Osteoporosis is one of the major contributors to the overall physical and psychological manifestations of frailty and suffering associated with aging. Adult bone mass is determined by the balance between bone formation by osteoblasts (OBs) and bone resorption by osteoclasts (OCs). A perturbation of this equilibrium leads to osteoporosis. The majority of existing therapeutics for osteoporosis is limited to the inhibition of OCs, thus the development of new agents that are anabolic for bone in the setting of osteoporosis is critical. Additionally, current anabolic agents, such as intermittent parathyroid hormone (PTH) and anti-sclerositn antibody, are both limited in use due to the fear of PTH-induced bone tumors and an increase in TNF-dependent inflammation, respectively. We have discovered that the adaptor protein Schnurri-3 (SHN3) profoundly suppresses new bone formation. Mice lacking SHN3 develop a progressive increase in bone mass due to the augmented activity of OBs through enhanced Wnt signaling. Importantly, SHN3 inhibition prevents bone loss in an osteoporosis by estrogen deficiency mouse model and is not associated with phenotypes in non-skeletal tissues. Finally, mesenchymal stem cells (MSCs) are a promising mechanism for the repair of bone loss in osteoporosis. These cells may be genetically and metabolically manipulated by deleting SHN3 and labeling them with bone- targeting probes to augment their repair systemic bone loss potential in this setting. In this R21 application, using our new cell metabolic labeling strategy, we will test the hypothesis that SHN3 is a novel target to promote bone formation in osteoporosis and will identify molecules to regulate the SHN3 pathway in this setting.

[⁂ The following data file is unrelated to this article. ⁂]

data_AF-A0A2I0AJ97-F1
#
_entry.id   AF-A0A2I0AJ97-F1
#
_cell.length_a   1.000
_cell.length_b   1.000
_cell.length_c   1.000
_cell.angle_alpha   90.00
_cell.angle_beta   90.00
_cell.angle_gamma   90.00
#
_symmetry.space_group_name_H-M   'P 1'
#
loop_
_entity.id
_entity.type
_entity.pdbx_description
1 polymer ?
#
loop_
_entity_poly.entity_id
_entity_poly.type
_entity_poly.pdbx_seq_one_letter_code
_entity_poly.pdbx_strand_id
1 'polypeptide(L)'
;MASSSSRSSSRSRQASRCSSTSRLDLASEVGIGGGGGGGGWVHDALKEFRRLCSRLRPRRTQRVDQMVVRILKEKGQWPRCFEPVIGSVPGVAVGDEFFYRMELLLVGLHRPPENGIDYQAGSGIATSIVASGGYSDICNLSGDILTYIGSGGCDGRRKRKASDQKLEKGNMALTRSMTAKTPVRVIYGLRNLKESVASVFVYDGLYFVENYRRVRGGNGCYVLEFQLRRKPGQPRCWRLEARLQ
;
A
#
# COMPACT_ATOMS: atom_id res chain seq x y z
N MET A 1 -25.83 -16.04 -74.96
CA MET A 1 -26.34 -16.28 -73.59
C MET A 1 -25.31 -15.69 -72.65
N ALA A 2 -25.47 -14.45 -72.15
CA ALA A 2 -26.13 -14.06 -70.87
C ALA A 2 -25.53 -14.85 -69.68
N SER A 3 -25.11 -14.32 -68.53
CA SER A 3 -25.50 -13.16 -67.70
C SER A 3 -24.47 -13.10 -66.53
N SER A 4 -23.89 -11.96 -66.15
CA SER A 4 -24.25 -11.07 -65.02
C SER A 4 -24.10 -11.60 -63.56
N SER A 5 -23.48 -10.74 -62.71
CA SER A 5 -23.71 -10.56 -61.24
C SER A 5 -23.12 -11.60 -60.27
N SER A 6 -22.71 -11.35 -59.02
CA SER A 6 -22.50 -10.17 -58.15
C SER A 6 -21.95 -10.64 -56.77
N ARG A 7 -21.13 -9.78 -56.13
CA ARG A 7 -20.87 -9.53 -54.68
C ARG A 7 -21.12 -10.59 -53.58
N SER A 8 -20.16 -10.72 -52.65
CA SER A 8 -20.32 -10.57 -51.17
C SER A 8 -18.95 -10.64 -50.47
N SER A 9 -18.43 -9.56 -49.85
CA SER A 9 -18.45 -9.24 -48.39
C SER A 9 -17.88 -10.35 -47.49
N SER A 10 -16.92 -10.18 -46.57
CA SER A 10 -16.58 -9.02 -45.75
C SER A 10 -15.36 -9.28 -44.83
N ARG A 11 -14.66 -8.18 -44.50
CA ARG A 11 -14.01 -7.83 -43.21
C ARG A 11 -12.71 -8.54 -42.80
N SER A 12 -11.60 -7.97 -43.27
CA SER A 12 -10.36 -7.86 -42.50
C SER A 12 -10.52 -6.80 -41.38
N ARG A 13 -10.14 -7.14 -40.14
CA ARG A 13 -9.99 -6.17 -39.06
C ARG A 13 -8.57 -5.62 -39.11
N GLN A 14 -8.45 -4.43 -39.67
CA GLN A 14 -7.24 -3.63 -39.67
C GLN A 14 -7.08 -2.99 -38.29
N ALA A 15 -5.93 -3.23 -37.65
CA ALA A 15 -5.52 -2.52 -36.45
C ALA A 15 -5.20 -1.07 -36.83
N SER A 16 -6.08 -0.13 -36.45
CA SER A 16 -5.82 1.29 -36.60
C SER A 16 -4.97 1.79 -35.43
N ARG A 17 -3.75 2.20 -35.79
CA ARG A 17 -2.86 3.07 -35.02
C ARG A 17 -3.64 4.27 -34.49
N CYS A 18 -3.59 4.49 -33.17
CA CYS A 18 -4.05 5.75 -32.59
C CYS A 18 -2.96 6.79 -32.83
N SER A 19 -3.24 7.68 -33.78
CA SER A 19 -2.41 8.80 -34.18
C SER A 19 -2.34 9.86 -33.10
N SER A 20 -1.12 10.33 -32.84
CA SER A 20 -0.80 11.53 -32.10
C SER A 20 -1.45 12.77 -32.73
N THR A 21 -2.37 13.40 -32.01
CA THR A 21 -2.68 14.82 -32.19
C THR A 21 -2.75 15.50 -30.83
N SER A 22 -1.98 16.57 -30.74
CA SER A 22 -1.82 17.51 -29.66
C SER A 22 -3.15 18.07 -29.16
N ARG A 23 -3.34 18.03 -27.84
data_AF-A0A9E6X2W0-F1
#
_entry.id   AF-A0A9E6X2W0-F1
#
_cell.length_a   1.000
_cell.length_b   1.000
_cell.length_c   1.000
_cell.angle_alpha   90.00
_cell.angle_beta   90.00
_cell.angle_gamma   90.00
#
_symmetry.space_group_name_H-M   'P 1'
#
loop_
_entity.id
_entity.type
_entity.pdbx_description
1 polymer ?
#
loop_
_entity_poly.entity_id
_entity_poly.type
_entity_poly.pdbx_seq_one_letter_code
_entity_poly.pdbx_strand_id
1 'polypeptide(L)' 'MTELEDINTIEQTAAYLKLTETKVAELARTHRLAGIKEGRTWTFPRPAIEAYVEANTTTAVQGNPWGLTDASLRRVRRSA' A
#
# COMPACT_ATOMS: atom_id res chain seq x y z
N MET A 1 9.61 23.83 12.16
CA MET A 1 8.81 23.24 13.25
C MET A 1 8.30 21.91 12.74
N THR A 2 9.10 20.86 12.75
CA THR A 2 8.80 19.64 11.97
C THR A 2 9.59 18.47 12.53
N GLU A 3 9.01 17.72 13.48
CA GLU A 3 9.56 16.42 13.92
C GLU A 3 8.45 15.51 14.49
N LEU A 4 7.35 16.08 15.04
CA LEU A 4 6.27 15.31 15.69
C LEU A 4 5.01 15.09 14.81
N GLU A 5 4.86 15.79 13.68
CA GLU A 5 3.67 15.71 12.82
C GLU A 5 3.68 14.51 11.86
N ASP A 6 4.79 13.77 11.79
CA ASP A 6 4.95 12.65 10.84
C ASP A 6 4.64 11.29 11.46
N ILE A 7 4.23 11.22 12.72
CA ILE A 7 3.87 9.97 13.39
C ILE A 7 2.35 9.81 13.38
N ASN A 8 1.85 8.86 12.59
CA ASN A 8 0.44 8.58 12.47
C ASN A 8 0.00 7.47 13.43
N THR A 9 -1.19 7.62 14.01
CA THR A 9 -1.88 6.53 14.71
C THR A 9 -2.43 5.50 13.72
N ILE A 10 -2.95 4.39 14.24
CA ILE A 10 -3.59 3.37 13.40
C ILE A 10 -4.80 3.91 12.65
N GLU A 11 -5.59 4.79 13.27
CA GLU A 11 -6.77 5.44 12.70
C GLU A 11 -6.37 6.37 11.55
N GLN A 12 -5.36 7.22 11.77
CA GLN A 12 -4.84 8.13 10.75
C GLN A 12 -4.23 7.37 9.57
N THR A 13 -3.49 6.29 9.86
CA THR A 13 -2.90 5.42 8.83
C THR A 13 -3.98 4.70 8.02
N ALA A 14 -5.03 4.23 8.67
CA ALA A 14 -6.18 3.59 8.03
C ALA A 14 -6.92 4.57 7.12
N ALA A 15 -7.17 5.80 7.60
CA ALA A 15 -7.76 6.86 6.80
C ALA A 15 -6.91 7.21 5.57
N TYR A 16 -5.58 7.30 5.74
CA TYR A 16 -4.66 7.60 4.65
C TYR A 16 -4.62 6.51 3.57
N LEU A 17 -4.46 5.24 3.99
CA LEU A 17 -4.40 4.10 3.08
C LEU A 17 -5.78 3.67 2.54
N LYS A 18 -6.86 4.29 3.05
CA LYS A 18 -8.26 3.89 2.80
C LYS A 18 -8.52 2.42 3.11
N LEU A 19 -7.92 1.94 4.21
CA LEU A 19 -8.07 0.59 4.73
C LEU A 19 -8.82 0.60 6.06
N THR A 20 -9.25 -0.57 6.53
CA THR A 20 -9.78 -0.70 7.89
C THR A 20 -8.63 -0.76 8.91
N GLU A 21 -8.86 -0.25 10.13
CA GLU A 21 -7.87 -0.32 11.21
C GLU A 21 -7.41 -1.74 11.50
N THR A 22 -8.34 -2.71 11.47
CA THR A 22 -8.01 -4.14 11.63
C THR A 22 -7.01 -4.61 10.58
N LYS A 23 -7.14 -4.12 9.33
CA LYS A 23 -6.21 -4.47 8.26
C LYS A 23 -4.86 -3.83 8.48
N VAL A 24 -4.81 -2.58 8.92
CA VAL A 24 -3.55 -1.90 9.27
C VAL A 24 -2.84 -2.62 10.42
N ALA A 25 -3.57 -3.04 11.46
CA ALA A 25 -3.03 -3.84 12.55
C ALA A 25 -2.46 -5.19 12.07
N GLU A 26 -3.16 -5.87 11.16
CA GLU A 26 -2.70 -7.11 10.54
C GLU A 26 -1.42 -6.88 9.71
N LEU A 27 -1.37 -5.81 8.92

Aim 1 will optimize the bone-homing capability of SHN3-deficient MSCs. To improve a selective delivery of MSCs to bone in vivo, the development will focus on the most compatible conditions for MSC functionalization, the optimal bone homing composition, and tracking reporters in vivo. The engineered MSCs under these optimized conditions will be introduced into mice via systemic infusion and examined for bone homing and retention in vivo.
Aim 2 will test whether bone-seeking SHN3-deficient MSCs can promote the healing of bone loss in osteoporosis. We will determine in Part A whether the transplanted, bone-homing SHN3-deficient MSCs can restore bone loss in mouse models of osteoporosis, ovariectomized mice (estrogen deficiency-induced bone loss) or aged mice (aging-induced bone loss). Part B will identify potential novel regulators promoting bone formation in osteoporosis in the absence of SHN3. Osteogenic and/or osteoinductive factors produced by transplanted, SHN3-deficient MSC-lineage OBs (cy7-label) and responsive genes to these factors in mature OBs in host mice (GFP-expression) will be identified by transcriptome analysis. The targets identified by these multiple approaches will be prioritized for validation. This data will provide proof-of-principle that transplanted, bone-homing MSCs with SHN3 deficiency can restore bone loss in osteoporosis, and identify new targets to promote anabolic bone formation in this setting.
Osteoporosis afflicts an estimated 10 million Americans over age 50, and osteoporosis-related fractures occur in approximately 1.5 million individuals per year with serious health consequences. Despite current biologic and other therapeutic agents, osteoporosis continues to be a significant clinical problem for patients associated with aging. Empowered mesenchymal stem cells, whose endogenous bone forming inhibitor, Schnurri-3, has been deprived, will be equipped with a novel bone homing signal to treat and prevent bone loss in osteoporosis.